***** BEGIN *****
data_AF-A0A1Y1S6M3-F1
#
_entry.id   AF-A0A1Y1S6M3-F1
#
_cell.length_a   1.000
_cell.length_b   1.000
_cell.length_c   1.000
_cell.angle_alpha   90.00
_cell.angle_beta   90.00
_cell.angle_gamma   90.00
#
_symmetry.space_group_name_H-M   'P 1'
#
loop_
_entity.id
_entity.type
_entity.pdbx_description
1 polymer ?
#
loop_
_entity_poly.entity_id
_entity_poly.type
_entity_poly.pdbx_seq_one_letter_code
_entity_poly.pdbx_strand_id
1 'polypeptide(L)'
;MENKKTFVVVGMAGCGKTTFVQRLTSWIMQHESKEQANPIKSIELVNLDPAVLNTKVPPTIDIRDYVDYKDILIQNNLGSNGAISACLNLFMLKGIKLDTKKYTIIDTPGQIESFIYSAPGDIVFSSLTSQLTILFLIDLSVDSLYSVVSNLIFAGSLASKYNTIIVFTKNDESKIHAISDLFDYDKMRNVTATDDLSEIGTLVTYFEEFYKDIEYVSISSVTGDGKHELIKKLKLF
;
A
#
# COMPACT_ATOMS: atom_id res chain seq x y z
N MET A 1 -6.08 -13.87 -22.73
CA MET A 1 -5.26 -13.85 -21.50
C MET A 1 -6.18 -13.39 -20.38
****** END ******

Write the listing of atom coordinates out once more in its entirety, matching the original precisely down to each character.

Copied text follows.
data_AF-A0A1Y1S6M3-F1
#
_entry.id   AF-A0A1Y1S6M3-F1
#
_cell.length_a   1.000
_cell.length_b   1.000
_cell.length_c   1.000
_cell.angle_alpha   90.00
_cell.angle_beta   90.00
_cell.angle_gamma   90.00
#
_symmetry.space_group_name_H-M   'P 1'
#
loop_
_entity.id
_entity.type
_entity.pdbx_description
1 polymer ?
#
loop_
_entity_poly.entity_id
_entity_poly.type
_entity_poly.pdbx_seq_one_letter_code
_entity_poly.pdbx_strand_id
1 'polypeptide(L)'
;MENKKTFVVVGMAGCGKTTFVQRLTSWIMQHESKEQANPIKSIELVNLDPAVLNTKVPPTIDIRDYVDYKDILIQNNLGSNGAISACLNLFMLKGIKLDTKKYTIIDTPGQIESFIYSAPGDIVFSSLTSQLTILFLIDLSVDSLYSVVSNLIFAGSLASKYNTIIVFTKNDESKIHAISDLFDYDKMRNVTATDDLSEIGTLVTYFEEFYKDIEYVSISSVTGDGKHELIKKLKLF
;
A
#
# COMPACT_ATOMS: atom_id res chain seq x y z
N MET A 1 -6.08 -13.87 -22.73
CA MET A 1 -5.26 -13.85 -21.50
C MET A 1 -6.18 -13.39 -20.38